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tscheezy said:
Just wait until I get done with my DH40 Air fork equipped Nitrous sporting the 6-Pack rockers and a 2.25" stroke DHX air for a sweeeeeet 6.75" out back and 8" up front. I'm shooting for a sub-28# FR rig.
I'm with Tscheezy there. The idea of a "light" 6x6 trail bike sounds appealing, and I would not be surprised if you'd see more soon. The Giant Reign already offers 6x6 and can be easily dropped to 30#. At that weight, you probably should not be hucking 5 ft to flat, but you can have a nice squishy bike to handle all the regular obstacles. In the meantime, the 6x6 burly bike will probably move to 7x7 or 8x8.

Size matters after all. :)
 

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zorg said:
I'm with Tscheezy there. The idea of a "light" 6x6 trail bike sounds appealing, and I would not be surprised if you'd see more soon. At that weight, you probably should not be hucking 5 ft to flat, but you can have a nice squishy bike to handle all the regular obstacles.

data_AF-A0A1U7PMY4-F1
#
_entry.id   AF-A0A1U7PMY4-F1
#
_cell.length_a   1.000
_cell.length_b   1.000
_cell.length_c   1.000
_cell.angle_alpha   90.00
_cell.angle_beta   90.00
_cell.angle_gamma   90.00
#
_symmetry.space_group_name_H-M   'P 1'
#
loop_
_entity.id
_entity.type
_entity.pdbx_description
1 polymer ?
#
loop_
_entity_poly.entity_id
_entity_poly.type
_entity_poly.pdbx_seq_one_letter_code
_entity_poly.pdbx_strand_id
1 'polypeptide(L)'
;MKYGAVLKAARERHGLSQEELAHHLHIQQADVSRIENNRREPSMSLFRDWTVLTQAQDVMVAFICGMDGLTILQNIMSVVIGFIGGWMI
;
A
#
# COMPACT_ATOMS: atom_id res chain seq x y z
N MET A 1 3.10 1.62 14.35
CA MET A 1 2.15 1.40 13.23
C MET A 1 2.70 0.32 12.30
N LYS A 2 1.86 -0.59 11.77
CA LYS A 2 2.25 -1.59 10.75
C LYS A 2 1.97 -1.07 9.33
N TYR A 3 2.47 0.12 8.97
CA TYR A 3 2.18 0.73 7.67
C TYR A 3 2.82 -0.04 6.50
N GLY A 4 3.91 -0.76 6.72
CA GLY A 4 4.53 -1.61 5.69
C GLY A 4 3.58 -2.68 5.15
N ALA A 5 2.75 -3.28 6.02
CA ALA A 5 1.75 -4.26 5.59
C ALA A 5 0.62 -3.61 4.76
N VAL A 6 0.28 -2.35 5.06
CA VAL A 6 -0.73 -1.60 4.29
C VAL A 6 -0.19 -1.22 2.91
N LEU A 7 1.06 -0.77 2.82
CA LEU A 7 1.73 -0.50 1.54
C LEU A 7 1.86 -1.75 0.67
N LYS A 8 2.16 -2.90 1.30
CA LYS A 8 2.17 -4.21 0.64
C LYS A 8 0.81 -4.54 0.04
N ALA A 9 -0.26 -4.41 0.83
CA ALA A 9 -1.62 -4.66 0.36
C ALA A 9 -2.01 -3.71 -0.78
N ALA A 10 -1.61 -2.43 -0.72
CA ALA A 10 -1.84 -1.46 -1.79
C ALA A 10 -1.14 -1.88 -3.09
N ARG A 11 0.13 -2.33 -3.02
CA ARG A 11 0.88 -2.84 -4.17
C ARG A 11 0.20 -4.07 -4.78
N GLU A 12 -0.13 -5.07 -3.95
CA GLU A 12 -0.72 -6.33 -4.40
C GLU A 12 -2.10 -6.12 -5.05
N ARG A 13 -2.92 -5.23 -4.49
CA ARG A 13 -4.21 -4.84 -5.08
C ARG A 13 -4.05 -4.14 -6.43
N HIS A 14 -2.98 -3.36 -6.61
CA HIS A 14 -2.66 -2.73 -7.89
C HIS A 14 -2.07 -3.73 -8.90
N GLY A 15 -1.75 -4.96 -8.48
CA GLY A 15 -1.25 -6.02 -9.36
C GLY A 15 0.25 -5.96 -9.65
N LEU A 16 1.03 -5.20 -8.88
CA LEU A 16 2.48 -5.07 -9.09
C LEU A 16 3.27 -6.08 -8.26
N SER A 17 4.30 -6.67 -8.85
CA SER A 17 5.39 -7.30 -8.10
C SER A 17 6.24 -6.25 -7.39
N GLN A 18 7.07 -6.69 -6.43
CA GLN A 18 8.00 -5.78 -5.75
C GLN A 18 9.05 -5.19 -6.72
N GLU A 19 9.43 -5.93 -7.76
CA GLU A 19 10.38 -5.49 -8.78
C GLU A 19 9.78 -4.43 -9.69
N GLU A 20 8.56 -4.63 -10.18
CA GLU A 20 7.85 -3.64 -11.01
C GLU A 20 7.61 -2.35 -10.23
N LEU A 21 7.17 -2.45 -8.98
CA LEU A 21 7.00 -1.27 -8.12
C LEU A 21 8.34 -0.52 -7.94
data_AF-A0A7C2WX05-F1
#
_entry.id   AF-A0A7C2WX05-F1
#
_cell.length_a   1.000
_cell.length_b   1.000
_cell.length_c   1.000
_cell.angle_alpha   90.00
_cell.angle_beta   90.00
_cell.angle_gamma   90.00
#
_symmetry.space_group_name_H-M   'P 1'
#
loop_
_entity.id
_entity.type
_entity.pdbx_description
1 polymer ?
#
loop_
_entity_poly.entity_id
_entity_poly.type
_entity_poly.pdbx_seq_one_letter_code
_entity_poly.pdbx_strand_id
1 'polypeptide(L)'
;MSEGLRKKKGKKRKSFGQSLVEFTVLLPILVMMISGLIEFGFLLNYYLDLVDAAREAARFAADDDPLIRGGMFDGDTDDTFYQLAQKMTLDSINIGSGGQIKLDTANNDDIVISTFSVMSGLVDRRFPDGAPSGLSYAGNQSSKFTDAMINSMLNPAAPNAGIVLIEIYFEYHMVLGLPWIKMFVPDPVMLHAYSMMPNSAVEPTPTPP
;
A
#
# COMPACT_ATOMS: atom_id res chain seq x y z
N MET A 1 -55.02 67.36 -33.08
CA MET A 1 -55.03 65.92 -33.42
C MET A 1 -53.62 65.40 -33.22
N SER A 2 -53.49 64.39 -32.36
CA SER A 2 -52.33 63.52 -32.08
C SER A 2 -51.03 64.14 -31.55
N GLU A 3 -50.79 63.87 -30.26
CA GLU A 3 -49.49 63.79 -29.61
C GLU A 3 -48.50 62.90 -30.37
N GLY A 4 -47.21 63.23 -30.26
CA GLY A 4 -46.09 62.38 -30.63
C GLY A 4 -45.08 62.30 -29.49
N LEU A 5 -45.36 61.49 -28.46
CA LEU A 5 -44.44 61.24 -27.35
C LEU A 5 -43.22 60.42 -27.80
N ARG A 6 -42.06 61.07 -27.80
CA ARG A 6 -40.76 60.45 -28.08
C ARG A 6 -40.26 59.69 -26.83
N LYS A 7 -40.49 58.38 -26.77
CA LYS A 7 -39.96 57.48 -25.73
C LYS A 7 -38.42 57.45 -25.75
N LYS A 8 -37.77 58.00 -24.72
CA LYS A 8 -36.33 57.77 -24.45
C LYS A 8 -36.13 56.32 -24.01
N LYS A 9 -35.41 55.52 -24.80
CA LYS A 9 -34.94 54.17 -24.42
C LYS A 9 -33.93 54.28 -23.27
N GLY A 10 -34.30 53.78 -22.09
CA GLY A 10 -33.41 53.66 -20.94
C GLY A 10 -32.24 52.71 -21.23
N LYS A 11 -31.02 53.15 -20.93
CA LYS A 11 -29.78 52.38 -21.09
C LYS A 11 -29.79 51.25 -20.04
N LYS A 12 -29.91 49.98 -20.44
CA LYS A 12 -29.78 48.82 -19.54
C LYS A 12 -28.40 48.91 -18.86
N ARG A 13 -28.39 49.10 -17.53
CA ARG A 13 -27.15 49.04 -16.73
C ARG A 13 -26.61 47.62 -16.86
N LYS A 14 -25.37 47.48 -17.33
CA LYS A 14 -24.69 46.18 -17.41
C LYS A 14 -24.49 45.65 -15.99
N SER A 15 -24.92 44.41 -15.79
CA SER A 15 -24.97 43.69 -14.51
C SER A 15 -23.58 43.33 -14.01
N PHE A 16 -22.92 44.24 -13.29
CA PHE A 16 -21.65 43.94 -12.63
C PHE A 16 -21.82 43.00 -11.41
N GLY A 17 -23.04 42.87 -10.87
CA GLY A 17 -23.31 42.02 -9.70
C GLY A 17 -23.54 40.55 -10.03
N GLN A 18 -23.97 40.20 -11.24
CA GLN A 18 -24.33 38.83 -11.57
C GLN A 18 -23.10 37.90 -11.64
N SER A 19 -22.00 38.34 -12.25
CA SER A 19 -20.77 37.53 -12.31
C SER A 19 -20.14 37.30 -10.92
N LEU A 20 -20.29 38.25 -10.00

My Moment was 34lbs mostly due to tire choice and a 600lb spring and I always did 4-5' drops on it. When did "suggested drop size" become the way to measure a bikes strength and durability anyway???

Look at the 2nd picture in superstock's post "more Moab Pictures - Spot and Flux"

That is 4-5' to flat on a Spot!!!!!
 

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SSINGA said:
My Moment was 34lbs mostly due to tire choice and a 600lb spring and I always did 4-5' drops on it. When did "suggested drop size" become the way to measure a bikes strength and durability anyway???

Look at the 2nd picture in superstock's post "more Moab Pictures - Spot and Flux"

That is 4-5' to flat on a Spot!!!!!
Replace 4-5 by whatever number is appropriate, but you get the idea. :)

Interestingly enough, right after this posting, I found out about the SC Nomad which apparently will be sold as either a lightish all mountain or burly hucker.